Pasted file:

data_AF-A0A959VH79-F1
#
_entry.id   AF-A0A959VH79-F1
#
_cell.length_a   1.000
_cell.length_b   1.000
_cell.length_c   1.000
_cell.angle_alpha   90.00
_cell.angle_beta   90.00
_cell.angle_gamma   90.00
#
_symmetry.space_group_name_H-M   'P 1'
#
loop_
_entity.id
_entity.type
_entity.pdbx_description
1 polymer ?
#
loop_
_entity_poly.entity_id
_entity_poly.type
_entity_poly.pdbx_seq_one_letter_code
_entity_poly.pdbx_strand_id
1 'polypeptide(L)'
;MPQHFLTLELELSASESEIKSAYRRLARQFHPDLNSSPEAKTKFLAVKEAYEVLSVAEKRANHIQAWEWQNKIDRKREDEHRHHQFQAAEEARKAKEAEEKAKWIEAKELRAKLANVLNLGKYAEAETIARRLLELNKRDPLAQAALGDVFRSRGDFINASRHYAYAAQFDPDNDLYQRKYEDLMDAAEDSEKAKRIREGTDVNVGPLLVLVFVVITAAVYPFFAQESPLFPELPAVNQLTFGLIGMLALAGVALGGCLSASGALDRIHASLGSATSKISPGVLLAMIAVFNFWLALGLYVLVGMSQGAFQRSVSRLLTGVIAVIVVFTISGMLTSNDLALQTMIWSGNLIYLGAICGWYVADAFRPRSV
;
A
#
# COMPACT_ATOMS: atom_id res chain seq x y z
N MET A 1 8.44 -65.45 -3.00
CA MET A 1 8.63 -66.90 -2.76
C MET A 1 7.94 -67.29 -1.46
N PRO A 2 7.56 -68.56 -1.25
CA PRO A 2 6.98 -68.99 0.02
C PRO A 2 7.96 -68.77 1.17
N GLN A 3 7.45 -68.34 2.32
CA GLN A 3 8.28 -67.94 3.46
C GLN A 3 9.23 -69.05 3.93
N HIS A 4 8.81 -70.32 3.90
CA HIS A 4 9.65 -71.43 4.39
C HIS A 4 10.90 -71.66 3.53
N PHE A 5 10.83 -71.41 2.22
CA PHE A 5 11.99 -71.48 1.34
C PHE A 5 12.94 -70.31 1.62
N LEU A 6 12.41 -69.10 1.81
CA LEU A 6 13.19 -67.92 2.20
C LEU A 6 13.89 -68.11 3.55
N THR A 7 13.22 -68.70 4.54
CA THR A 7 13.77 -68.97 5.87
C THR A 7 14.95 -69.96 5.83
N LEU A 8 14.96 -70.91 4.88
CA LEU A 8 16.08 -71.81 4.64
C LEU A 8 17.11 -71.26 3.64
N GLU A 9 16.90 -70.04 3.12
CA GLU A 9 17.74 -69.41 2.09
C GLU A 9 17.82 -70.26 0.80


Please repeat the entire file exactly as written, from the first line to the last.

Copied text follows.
data_AF-A0A959VH79-F1
#
_entry.id   AF-A0A959VH79-F1
#
_cell.length_a   1.000
_cell.length_b   1.000
_cell.length_c   1.000
_cell.angle_alpha   90.00
_cell.angle_beta   90.00
_cell.angle_gamma   90.00
#
_symmetry.space_group_name_H-M   'P 1'
#
loop_
_entity.id
_entity.type
_entity.pdbx_description
1 polymer ?
#
loop_
_entity_poly.entity_id
_entity_poly.type
_entity_poly.pdbx_seq_one_letter_code
_entity_poly.pdbx_strand_id
1 'polypeptide(L)'
;MPQHFLTLELELSASESEIKSAYRRLARQFHPDLNSSPEAKTKFLAVKEAYEVLSVAEKRANHIQAWEWQNKIDRKREDEHRHHQFQAAEEARKAKEAEEKAKWIEAKELRAKLANVLNLGKYAEAETIARRLLELNKRDPLAQAALGDVFRSRGDFINASRHYAYAAQFDPDNDLYQRKYEDLMDAAEDSEKAKRIREGTDVNVGPLLVLVFVVITAAVYPFFAQESPLFPELPAVNQLTFGLIGMLALAGVALGGCLSASGALDRIHASLGSATSKISPGVLLAMIAVFNFWLALGLYVLVGMSQGAFQRSVSRLLTGVIAVIVVFTISGMLTSNDLALQTMIWSGNLIYLGAICGWYVADAFRPRSV
;
A
#
# COMPACT_ATOMS: atom_id res chain seq x y z
N MET A 1 8.44 -65.45 -3.00
CA MET A 1 8.63 -66.90 -2.76
C MET A 1 7.94 -67.29 -1.46
N PRO A 2 7.56 -68.56 -1.25
CA PRO A 2 6.98 -68.99 0.02
C PRO A 2 7.96 -68.77 1.17
N GLN A 3 7.45 -68.34 2.32
CA GLN A 3 8.28 -67.94 3.46
C GLN A 3 9.23 -69.05 3.93
N HIS A 4 8.81 -70.32 3.90
CA HIS A 4 9.65 -71.43 4.39
C HIS A 4 10.90 -71.66 3.53
N PHE A 5 10.83 -71.41 2.22
CA PHE A 5 11.99 -71.48 1.34
C PHE A 5 12.94 -70.31 1.62
N LEU A 6 12.41 -69.10 1.81
CA LEU A 6 13.19 -67.92 2.20
C LEU A 6 13.89 -68.11 3.55
N THR A 7 13.22 -68.70 4.54
CA THR A 7 13.77 -68.97 5.87
C THR A 7 14.95 -69.96 5.83
N LEU A 8 14.96 -70.91 4.88
CA LEU A 8 16.08 -71.81 4.64
C LEU A 8 17.11 -71.26 3.64
N GLU A 9 16.90 -70.04 3.12
CA GLU A 9 17.74 -69.41 2.09
C GLU A 9 17.82 -70.26 0.80